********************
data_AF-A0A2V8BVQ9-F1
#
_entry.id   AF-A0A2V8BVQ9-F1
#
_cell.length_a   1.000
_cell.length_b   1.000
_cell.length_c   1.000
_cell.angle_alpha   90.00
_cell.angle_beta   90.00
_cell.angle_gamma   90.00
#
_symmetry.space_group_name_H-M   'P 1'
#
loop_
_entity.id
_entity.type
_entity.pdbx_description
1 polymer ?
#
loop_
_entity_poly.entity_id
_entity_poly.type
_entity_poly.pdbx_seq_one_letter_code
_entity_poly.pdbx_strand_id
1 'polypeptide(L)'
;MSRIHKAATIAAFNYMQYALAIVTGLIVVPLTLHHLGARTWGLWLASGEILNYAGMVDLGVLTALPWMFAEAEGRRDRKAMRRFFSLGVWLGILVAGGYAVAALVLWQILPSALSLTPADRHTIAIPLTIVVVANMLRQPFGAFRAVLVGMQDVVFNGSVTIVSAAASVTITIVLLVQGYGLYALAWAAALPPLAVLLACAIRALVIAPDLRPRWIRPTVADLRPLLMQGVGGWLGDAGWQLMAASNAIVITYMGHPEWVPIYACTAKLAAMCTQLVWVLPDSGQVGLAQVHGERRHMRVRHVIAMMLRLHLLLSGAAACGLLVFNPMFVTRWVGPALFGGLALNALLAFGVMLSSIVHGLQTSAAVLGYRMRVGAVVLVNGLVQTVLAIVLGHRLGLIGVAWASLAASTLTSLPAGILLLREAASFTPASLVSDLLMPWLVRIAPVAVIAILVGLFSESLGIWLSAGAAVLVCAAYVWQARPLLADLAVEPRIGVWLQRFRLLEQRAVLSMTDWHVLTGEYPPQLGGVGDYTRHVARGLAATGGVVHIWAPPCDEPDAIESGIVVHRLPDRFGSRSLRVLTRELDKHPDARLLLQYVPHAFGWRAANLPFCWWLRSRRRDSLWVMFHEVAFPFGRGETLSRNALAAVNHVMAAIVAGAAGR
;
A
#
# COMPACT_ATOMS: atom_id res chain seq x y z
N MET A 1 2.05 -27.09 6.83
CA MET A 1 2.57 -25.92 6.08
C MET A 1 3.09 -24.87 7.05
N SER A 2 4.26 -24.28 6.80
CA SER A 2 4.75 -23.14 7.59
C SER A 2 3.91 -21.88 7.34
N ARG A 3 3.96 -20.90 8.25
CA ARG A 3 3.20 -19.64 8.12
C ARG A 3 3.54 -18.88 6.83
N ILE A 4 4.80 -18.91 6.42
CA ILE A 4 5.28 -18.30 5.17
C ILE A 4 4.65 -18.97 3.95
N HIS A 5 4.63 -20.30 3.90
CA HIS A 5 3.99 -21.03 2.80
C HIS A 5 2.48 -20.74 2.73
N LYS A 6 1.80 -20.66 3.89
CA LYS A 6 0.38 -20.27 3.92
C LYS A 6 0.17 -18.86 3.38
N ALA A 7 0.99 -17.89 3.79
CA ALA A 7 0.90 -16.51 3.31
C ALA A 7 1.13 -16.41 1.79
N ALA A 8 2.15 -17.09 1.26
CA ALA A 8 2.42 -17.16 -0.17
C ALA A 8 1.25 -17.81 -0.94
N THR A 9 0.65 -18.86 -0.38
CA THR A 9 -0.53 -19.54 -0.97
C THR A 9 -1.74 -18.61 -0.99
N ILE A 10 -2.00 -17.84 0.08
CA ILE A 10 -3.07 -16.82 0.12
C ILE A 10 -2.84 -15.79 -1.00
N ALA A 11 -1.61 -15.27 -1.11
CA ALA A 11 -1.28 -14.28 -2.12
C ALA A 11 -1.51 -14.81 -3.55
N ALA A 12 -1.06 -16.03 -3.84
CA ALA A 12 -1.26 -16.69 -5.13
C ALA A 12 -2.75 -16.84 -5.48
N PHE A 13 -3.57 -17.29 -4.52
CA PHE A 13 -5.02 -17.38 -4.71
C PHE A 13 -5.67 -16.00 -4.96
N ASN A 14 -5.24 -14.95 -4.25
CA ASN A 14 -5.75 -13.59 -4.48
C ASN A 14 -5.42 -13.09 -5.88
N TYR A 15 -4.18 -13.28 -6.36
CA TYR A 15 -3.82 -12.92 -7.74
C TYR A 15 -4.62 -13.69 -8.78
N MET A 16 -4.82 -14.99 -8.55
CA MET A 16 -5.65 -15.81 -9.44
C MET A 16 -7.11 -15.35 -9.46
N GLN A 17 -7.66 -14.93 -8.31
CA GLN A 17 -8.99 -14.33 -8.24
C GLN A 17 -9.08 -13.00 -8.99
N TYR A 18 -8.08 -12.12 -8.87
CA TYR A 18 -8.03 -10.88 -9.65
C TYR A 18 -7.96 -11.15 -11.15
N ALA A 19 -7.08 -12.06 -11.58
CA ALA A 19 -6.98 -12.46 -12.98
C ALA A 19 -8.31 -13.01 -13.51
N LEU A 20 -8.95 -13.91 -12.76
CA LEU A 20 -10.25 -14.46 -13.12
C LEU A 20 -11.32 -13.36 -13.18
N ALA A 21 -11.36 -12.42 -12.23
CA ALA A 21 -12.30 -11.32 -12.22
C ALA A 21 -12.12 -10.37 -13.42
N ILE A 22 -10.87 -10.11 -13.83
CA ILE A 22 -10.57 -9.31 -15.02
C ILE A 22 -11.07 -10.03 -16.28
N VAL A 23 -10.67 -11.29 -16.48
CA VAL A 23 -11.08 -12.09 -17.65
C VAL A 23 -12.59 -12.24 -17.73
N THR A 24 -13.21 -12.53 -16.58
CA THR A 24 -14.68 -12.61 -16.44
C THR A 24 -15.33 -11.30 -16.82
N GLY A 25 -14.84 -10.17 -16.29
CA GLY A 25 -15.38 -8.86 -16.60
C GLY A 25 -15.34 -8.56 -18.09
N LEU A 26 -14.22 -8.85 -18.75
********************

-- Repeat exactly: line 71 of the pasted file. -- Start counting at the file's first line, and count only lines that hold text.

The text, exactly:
CA ASN A 14 -5.75 -13.59 -4.48